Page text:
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The Berkman Center for Internet and Society held a kickoff event for its Digital Problem Solving Initiative, a year-long program that brings together students and mentors from across the University to solve campus-wide issues through technology, at the Harvard Graduate School of Education’s Gutman Library on Thursday.
Following an introduction from Law School Dean Martha L. Minow and a lecture on best practices for entrepreneurship from Business School professor Thomas R. Eisenmann, students and advisors split up into eight teams focused on particular on-campus problems.
The issues that the teams discussed included improving open access policies, running a more sustainable farmers market, developing data analysis tools, improving access to online education, exploring interactive documentary workshops, publicizing and addressing sexual assault data on campus, and creating useful apps for students and the entire Harvard Community.
“It had struck me, [while] sitting in many deans’ meetings as we talked about problems across campus, that there is competency and knowledge in a younger generation to tackle the issues that the University faces as it seeks to harness digital possibilities,” said Minow, who started the initiative.
After receiving broad support from deans across the University, the program was pilot-tested successfully last year. This year, the program boasts 36 participants and 13 mentors, divided into project teams according to their interests and skill sets.
Law School professor and Berkman Center Director Urs Gasser said the initiative not only aims to tackle problems across the University but also seeks to develop students “digital literacy skills.”
“[The Initiative] is an opportunity...to engage in problem-solving and test out ways in which students and mentors can collaborate and learn from each other,” Gasser said.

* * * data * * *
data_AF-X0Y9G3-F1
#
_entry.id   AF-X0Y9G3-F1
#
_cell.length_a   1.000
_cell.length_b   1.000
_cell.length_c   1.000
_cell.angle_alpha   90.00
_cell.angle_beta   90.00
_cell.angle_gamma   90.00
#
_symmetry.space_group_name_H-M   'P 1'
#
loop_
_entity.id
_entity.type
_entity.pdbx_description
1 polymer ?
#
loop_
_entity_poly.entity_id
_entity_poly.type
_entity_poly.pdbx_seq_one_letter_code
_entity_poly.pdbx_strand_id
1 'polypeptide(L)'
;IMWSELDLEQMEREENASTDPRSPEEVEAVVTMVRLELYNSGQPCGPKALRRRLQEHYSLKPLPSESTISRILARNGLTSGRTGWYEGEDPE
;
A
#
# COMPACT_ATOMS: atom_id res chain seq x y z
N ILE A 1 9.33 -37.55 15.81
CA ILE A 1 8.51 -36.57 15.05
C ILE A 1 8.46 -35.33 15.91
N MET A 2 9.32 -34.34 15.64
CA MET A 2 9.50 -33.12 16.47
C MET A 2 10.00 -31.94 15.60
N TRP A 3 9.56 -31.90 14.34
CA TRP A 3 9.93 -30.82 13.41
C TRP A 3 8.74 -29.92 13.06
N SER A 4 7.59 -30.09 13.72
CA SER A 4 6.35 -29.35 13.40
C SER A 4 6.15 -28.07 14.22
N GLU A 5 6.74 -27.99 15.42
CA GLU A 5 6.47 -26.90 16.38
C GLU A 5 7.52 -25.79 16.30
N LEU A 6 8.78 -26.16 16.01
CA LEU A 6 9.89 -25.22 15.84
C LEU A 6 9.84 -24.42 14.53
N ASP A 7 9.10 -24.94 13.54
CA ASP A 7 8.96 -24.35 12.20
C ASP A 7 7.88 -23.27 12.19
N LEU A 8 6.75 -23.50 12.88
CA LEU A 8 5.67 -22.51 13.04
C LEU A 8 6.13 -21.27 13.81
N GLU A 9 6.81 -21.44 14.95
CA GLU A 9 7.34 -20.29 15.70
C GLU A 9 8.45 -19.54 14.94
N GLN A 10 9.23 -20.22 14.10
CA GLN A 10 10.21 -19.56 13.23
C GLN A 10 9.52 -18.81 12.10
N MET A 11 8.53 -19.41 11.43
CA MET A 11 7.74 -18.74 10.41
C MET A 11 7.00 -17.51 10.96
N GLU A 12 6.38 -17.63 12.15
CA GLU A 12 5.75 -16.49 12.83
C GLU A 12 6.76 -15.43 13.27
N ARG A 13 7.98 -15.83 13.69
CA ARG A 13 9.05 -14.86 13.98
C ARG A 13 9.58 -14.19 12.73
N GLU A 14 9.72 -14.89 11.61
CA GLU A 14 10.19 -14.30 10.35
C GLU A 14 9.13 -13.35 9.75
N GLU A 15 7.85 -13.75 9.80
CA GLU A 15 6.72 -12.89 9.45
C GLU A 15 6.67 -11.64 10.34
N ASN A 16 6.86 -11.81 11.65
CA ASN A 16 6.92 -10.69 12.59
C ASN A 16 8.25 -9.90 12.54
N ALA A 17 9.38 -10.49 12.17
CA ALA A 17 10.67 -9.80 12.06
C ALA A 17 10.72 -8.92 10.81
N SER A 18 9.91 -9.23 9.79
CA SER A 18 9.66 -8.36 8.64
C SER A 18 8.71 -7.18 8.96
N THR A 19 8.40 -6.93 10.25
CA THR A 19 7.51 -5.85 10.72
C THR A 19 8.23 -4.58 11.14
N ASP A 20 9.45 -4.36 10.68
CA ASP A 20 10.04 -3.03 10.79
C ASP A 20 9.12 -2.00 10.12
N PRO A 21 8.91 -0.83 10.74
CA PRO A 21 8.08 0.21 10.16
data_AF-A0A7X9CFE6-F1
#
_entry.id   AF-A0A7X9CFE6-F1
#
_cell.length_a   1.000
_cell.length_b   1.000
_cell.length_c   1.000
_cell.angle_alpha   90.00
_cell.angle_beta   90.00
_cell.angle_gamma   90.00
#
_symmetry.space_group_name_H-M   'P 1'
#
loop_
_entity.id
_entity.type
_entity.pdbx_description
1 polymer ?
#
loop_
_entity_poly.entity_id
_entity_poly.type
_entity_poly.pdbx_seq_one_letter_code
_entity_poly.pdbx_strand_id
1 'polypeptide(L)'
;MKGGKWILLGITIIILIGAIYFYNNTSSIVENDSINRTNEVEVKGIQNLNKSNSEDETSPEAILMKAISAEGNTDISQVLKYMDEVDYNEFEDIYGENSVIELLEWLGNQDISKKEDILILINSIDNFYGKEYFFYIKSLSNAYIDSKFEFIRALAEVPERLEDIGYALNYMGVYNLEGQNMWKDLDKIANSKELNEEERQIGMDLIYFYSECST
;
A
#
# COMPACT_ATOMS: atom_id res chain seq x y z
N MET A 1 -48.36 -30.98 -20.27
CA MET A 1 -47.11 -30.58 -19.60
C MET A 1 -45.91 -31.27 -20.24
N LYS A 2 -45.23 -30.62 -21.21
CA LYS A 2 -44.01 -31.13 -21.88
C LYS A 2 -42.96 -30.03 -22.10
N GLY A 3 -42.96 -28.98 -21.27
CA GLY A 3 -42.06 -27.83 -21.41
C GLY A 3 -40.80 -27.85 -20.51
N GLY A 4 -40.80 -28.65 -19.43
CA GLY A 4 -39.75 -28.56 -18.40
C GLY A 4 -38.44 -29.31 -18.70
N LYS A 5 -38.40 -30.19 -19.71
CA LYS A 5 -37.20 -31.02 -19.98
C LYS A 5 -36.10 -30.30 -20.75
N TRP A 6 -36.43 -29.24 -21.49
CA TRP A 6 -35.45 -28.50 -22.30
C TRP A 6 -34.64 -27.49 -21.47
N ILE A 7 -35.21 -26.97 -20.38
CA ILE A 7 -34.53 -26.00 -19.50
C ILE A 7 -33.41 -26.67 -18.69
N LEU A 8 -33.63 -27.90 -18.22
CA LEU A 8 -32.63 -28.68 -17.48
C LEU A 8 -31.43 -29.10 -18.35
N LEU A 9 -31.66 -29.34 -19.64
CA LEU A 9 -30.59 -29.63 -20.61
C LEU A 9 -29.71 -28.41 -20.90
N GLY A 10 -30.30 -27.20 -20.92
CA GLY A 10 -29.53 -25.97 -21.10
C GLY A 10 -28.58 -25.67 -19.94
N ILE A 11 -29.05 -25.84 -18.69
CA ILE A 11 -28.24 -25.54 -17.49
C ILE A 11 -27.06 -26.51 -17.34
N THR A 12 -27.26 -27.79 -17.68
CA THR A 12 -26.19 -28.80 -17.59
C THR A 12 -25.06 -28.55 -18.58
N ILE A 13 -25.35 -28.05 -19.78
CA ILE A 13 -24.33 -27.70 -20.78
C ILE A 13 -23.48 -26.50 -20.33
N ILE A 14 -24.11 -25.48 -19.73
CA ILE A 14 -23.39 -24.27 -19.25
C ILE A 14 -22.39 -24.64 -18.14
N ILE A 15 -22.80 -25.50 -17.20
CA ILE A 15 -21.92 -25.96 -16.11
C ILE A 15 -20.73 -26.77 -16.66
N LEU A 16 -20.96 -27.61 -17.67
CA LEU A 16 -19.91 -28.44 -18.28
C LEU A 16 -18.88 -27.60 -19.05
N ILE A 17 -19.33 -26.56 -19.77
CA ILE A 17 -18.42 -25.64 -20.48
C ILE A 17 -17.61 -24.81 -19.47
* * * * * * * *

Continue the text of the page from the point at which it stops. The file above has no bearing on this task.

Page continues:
Multiple undergraduates involved in the initiative agreed with Gasser, referencing the initiative’s interdisciplinary and entrepreneurial feel.
“The fact that we have members of all different schools of Harvard makes it really worthwhile to join this project,” Kelwen Peng ’17 said.
“For me, I’m interested in film,” said Debbie N. Onuoha ’15, who is working to create films for and about the community. “Any opportunity to work in film and with other filmmakers is always welcome.”
For Minow, bringing together minds from across Harvard’s various schools may foster more effective problem-solving.
“Multidisciplinary teams can be more imaginative, more inventive, and come up with new ways to tackle really interesting problems,” Minow said. “If we do this well, I think it’s an avenue for Harvard as a University to remake what education is but also to exemplify how digital tools provide an occasion for interdisciplinary learning, cross-generational learning, and I hope a lot of fun.”
—Staff writer Tyler S. Olkowski can be reached at firstname.lastname@example.org. Follow him on Twitter @OlkowskiTyler.
—Staff writer Rachel H. Star can be reached at email@example.com.
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